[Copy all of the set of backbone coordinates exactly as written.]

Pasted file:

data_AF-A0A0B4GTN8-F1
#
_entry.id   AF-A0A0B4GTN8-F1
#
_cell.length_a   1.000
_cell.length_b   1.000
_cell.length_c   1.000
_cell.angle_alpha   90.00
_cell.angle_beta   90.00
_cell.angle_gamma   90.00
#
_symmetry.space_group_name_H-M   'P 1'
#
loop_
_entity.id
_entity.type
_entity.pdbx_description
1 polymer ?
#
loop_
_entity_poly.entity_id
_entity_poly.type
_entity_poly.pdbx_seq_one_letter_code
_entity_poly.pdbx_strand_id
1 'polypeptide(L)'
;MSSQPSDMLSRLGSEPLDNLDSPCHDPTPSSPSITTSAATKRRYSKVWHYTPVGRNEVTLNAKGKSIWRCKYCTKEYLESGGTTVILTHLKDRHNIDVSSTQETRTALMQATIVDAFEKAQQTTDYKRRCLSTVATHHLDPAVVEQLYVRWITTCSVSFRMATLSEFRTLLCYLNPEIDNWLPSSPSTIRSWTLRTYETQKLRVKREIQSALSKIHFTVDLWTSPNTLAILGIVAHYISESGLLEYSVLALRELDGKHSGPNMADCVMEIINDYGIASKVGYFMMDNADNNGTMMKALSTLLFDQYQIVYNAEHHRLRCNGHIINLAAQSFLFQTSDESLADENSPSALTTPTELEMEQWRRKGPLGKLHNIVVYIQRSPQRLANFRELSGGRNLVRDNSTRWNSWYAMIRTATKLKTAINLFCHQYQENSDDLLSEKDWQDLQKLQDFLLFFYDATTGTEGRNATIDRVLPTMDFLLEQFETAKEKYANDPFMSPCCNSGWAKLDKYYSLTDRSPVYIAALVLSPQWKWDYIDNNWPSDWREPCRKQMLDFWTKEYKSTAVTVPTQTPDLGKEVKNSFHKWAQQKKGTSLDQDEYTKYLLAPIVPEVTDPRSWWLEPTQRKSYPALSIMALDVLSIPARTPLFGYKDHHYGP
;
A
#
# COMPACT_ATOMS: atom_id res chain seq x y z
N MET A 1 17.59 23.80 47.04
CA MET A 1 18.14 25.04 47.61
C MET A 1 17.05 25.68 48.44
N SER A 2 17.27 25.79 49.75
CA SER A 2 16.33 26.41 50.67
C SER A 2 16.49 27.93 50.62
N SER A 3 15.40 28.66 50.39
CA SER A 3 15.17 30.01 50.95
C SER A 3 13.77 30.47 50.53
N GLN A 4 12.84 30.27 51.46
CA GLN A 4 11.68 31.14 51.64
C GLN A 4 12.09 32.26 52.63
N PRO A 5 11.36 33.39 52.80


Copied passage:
data_AF-A0A0B4GTN8-F1
#
_entry.id   AF-A0A0B4GTN8-F1
#
_cell.length_a   1.000
_cell.length_b   1.000
_cell.length_c   1.000
_cell.angle_alpha   90.00
_cell.angle_beta   90.00
_cell.angle_gamma   90.00
#
_symmetry.space_group_name_H-M   'P 1'
#
loop_
_entity.id
_entity.type
_entity.pdbx_description
1 polymer ?
#
loop_
_entity_poly.entity_id
_entity_poly.type
_entity_poly.pdbx_seq_one_letter_code
_entity_poly.pdbx_strand_id
1 'polypeptide(L)'
;MSSQPSDMLSRLGSEPLDNLDSPCHDPTPSSPSITTSAATKRRYSKVWHYTPVGRNEVTLNAKGKSIWRCKYCTKEYLESGGTTVILTHLKDRHNIDVSSTQETRTALMQATIVDAFEKAQQTTDYKRRCLSTVATHHLDPAVVEQLYVRWITTCSVSFRMATLSEFRTLLCYLNPEIDNWLPSSPSTIRSWTLRTYETQKLRVKREIQSALSKIHFTVDLWTSPNTLAILGIVAHYISESGLLEYSVLALRELDGKHSGPNMADCVMEIINDYGIASKVGYFMMDNADNNGTMMKALSTLLFDQYQIVYNAEHHRLRCNGHIINLAAQSFLFQTSDESLADENSPSALTTPTELEMEQWRRKGPLGKLHNIVVYIQRSPQRLANFRELSGGRNLVRDNSTRWNSWYAMIRTATKLKTAINLFCHQYQENSDDLLSEKDWQDLQKLQDFLLFFYDATTGTEGRNATIDRVLPTMDFLLEQFETAKEKYANDPFMSPCCNSGWAKLDKYYSLTDRSPVYIAALVLSPQWKWDYIDNNWPSDWREPCRKQMLDFWTKEYKSTAVTVPTQTPDLGKEVKNSFHKWAQQKKGTSLDQDEYTKYLLAPIVPEVTDPRSWWLEPTQRKSYPALSIMALDVLSIPARTPLFGYKDHHYGP
;
A
#
# COMPACT_ATOMS: atom_id res chain seq x y z
N MET A 1 17.59 23.80 47.04
CA MET A 1 18.14 25.04 47.61
C MET A 1 17.05 25.68 48.44
N SER A 2 17.27 25.79 49.75
CA SER A 2 16.33 26.41 50.67
C SER A 2 16.49 27.93 50.62
N SER A 3 15.40 28.66 50.39
CA SER A 3 15.17 30.01 50.95
C SER A 3 13.77 30.47 50.53
N GLN A 4 12.84 30.27 51.46
CA GLN A 4 11.68 31.14 51.64
C GLN A 4 12.09 32.26 52.63
N PRO A 5 11.36 33.39 52.80